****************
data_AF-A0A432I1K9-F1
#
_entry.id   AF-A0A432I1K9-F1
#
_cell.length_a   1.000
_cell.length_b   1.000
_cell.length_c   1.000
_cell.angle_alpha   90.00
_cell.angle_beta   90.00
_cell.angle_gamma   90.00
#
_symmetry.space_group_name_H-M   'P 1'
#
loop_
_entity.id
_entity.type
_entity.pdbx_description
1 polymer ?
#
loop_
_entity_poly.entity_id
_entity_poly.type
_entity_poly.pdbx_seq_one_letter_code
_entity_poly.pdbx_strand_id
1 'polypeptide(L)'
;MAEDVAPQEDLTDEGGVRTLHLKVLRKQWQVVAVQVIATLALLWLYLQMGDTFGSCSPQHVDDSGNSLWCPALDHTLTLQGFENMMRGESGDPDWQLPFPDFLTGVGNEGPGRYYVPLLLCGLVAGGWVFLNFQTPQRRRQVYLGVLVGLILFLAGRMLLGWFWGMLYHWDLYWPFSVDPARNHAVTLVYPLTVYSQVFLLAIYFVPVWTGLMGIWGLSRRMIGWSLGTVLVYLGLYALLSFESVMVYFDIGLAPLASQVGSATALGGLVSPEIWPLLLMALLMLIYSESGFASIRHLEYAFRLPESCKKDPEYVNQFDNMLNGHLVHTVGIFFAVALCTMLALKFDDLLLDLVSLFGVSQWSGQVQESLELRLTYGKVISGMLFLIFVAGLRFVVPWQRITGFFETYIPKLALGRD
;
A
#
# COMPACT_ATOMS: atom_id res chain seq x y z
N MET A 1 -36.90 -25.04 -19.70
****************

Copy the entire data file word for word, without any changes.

data_AF-A0A432I1K9-F1
#
_entry.id   AF-A0A432I1K9-F1
#
_cell.length_a   1.000
_cell.length_b   1.000
_cell.length_c   1.000
_cell.angle_alpha   90.00
_cell.angle_beta   90.00
_cell.angle_gamma   90.00
#
_symmetry.space_group_name_H-M   'P 1'
#
loop_
_entity.id
_entity.type
_entity.pdbx_description
1 polymer ?
#
loop_
_entity_poly.entity_id
_entity_poly.type
_entity_poly.pdbx_seq_one_letter_code
_entity_poly.pdbx_strand_id
1 'polypeptide(L)'
;MAEDVAPQEDLTDEGGVRTLHLKVLRKQWQVVAVQVIATLALLWLYLQMGDTFGSCSPQHVDDSGNSLWCPALDHTLTLQGFENMMRGESGDPDWQLPFPDFLTGVGNEGPGRYYVPLLLCGLVAGGWVFLNFQTPQRRRQVYLGVLVGLILFLAGRMLLGWFWGMLYHWDLYWPFSVDPARNHAVTLVYPLTVYSQVFLLAIYFVPVWTGLMGIWGLSRRMIGWSLGTVLVYLGLYALLSFESVMVYFDIGLAPLASQVGSATALGGLVSPEIWPLLLMALLMLIYSESGFASIRHLEYAFRLPESCKKDPEYVNQFDNMLNGHLVHTVGIFFAVALCTMLALKFDDLLLDLVSLFGVSQWSGQVQESLELRLTYGKVISGMLFLIFVAGLRFVVPWQRITGFFETYIPKLALGRD
;
A
#
# COMPACT_ATOMS: atom_id res chain seq x y z
N MET A 1 -36.90 -25.04 -19.70